The 2012 race for the Republican nomination for president is about to go into hyper drive. From May 5th thru August 11th, three major presidential were held, one by CNN and the other two by Fox News. In the next three weeks, three more debates will take place. With the field of candidates probably now complete, the gauntlet of debates in September provides multiple opportunities for candidates to either emerge or separate themselves from the rest of the field.
Along with fundraising numbers and poll results, a stellar debate performance can provide a boost for candidate. On the other hand, a poor performance can be so devastating that it can negatively affect a candidate’s fundraising effort and standing in the polls. The stakes are incredibly high in theses debates considering that the candidates only get to speak for ten minutes if they are lucky on a number of topics.
Not getting enough time to speak wasn’t a problem when Congressman Steve King, South Carolina Senator Jim DeMint, and Dr. Robert George, the founder of American Principles Project, joined forces to grill five presidential candidates at yesterday’s Palmetto Freedom Forum. Instead of giving the candidates 30 seconds to answer a question, the candidates were grilled by King, DeMint, and George for 20 minutes straight.
The interview format allowed for a greater opportunity to delve deeper into why each candidate believes what he or she believe in regards to the proper role of government and the Constitution. However, it didn’t allow the candidates an opportunity to differentiate themselves from their opposition or engage any of their opponents.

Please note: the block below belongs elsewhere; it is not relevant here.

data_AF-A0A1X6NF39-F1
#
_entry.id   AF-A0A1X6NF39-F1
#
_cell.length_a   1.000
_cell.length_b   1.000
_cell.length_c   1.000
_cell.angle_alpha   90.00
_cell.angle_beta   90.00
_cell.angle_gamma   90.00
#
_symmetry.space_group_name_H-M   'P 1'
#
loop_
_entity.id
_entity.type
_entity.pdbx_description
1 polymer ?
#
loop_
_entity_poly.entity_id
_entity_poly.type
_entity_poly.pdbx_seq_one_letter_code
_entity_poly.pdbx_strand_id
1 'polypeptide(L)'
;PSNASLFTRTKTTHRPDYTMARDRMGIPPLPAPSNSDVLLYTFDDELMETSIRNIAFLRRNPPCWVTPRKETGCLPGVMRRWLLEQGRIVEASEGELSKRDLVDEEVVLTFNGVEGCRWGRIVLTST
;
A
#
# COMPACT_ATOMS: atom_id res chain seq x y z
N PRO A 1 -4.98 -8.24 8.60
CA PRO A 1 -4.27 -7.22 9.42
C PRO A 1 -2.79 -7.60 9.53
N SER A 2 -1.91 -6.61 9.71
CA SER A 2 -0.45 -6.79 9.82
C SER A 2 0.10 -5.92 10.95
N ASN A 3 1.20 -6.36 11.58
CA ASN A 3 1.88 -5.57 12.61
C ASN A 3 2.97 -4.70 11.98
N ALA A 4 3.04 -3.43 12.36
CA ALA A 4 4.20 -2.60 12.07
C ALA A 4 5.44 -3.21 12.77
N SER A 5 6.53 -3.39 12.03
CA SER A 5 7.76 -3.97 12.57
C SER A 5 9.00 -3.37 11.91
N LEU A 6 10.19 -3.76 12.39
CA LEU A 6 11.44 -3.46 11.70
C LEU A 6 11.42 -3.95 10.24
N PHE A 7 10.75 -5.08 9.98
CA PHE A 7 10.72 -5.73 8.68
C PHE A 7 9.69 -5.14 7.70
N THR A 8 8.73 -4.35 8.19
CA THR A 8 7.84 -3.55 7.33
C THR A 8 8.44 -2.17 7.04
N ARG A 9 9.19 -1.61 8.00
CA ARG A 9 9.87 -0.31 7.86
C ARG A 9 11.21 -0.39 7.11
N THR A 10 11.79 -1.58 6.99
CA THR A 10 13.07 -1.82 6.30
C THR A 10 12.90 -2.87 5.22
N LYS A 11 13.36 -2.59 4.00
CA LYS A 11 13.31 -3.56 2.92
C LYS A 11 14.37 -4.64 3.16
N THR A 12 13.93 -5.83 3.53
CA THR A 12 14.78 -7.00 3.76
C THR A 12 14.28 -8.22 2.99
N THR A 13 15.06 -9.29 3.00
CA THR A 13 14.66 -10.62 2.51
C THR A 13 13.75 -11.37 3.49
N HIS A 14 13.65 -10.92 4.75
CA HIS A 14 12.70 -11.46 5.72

Even with those limitations, the forum did show some differences or weaknesses of some who participated in the event. In answering a question from Congressman King on immigration, Herman Cain once again admitted that he didn’t know the answer. Cain has made it a habit of admitting when he doesn’t know the answer to a question. This time, he actually ended up answering the question, which dealt with how many legal immigrants should be allowed into the United States each year.
All of the candidates faired well at the forum. Mitt Romney sailed through a series of economic questions asked by King with ease, but he didn’t fair as well when pressed about social issues by Dr. George. Unlike Michele Bachmann, Herman Cain, and Newt Gingrich, Romney admitted that he would not encourage Congress to outlaw abortion by using an interpretation of the 14th Amendment.
When Senator DeMint suggested that the healthcare reform bill that Romney signed into law as governor of Massachusetts would be a liability the general election against President Obama, Romney at first laughed it off like he had done previously. Then Romney defended his healthcare reform bill by saying that he understands the issue better than most people, and then he reminded the audience that his healthcare law only affected eight percent of the people in his state, while Obamacare affected all Americans. Despite the format that allowed for lengthy answers, Romney was asked the healthcare question with only 55 seconds left in the forum.
Overall, the Palmetto Freedom Forum was a success. Texas Governor Rick Perry’s last minute decision to withdraw from the event in order to travel back to Texas, which is dealing with massive wildfires, was disappointing yet understandable. Having yet to share the debate stage with the other candidates, Perry’s participation in the event would have generated a huge amount of media interest. Being grilled by King and DeMint may have proved more difficult than participating in a regular debate.
Due to the event’s unnecessarily high participation criteria, three announced candidates, Rick Santorum, Jon Huntsman, and Thad McCotter, were not invited to participate. The decision to set the criteria at five percent support in national polls would have meant that the 2008 Iowa caucus winner Mike Huckabee would not have been invited to participate because in early September of 2007, his national poll average was only at 3.7 percent. With the race still in flux, giving all the candidates an opportunity to participate would have provided the voters a chance to know where all the candidates stand on these issues, not just the ones who have garnered early national attention.
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